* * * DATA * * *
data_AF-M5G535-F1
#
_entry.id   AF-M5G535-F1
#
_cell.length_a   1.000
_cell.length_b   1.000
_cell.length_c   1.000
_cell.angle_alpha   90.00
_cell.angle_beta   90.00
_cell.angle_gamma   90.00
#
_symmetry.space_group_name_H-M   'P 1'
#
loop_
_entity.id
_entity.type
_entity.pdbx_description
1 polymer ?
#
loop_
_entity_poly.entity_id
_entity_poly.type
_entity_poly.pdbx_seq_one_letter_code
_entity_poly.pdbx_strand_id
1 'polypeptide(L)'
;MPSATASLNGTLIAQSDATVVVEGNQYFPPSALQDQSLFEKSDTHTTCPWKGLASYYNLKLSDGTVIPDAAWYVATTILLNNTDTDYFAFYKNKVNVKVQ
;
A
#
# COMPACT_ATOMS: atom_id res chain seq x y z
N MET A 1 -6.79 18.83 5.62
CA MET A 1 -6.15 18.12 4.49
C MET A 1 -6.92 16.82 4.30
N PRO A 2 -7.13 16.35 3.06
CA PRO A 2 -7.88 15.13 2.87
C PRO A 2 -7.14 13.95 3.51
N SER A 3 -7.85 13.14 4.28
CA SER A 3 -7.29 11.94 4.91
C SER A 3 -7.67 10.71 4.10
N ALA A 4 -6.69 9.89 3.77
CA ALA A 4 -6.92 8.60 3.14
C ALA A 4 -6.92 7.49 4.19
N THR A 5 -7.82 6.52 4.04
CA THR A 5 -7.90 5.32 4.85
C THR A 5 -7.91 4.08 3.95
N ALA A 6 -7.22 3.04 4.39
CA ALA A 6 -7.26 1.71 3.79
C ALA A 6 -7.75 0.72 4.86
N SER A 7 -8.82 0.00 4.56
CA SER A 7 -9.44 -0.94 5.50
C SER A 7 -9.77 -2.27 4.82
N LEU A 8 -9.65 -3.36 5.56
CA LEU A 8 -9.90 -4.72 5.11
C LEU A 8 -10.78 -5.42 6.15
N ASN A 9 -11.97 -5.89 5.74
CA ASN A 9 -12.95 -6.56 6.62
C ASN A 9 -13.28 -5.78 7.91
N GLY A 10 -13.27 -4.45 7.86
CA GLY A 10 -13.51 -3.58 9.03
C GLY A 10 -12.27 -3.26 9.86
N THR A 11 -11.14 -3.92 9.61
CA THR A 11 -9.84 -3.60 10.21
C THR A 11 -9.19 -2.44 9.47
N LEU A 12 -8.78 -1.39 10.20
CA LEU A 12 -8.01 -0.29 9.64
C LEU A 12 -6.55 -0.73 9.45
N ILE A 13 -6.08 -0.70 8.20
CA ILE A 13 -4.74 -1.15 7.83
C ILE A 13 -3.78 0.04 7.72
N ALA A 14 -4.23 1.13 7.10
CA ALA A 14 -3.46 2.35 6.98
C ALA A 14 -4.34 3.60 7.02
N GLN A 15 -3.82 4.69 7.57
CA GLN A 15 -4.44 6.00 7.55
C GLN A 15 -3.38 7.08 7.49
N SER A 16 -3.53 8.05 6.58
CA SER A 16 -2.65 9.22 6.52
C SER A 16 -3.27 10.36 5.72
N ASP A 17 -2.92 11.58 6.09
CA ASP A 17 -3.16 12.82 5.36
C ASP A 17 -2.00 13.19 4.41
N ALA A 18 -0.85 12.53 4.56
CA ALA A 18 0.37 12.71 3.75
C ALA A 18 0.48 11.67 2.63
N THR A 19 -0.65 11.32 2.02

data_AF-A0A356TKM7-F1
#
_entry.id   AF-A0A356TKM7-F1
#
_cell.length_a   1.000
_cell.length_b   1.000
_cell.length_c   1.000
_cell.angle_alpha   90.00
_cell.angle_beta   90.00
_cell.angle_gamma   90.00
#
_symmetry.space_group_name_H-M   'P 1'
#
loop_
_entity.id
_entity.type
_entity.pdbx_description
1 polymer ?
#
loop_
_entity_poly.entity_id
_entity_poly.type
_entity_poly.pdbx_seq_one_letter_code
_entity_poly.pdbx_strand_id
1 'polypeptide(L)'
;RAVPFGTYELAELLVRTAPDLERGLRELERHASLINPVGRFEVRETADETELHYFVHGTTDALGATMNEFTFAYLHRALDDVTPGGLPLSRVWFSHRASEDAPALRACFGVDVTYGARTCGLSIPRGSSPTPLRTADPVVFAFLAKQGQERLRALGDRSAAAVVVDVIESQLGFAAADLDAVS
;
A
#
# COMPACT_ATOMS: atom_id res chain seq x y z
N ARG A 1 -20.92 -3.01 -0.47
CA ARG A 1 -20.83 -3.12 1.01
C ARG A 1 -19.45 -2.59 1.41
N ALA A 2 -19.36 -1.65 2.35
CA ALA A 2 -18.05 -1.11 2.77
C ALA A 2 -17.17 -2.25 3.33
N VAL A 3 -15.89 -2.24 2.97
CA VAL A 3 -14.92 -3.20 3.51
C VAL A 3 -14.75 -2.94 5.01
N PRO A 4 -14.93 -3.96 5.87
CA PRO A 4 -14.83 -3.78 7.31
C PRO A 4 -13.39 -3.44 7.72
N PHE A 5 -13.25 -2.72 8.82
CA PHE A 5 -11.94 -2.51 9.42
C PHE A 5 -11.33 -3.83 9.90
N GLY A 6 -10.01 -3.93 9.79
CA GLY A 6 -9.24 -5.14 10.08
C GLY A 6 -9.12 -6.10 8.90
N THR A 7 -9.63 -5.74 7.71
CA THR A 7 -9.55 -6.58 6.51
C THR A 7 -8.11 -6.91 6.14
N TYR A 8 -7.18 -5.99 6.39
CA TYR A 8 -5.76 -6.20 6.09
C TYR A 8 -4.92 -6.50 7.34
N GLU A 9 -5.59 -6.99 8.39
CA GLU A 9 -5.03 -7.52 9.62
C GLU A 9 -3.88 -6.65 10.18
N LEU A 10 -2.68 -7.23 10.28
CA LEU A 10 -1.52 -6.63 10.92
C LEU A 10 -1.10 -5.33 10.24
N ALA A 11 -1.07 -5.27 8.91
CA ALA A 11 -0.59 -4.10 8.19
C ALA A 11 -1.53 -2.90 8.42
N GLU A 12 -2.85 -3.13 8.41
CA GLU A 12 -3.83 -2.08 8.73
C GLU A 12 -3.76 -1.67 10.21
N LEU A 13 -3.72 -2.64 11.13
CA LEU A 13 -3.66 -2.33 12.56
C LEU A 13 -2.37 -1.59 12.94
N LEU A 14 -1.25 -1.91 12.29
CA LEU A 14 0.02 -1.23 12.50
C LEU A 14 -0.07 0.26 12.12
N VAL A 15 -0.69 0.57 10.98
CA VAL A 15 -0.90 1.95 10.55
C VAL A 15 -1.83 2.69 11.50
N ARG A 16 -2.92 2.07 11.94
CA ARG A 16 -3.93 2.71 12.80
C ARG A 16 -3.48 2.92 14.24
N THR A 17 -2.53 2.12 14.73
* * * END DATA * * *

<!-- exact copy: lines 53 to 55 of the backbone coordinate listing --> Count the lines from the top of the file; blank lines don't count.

CA LEU A 8 -9.90 -4.72 5.11
C LEU A 8 -10.78 -5.42 6.15
N ASN A 9 -11.97 -5.89 5.74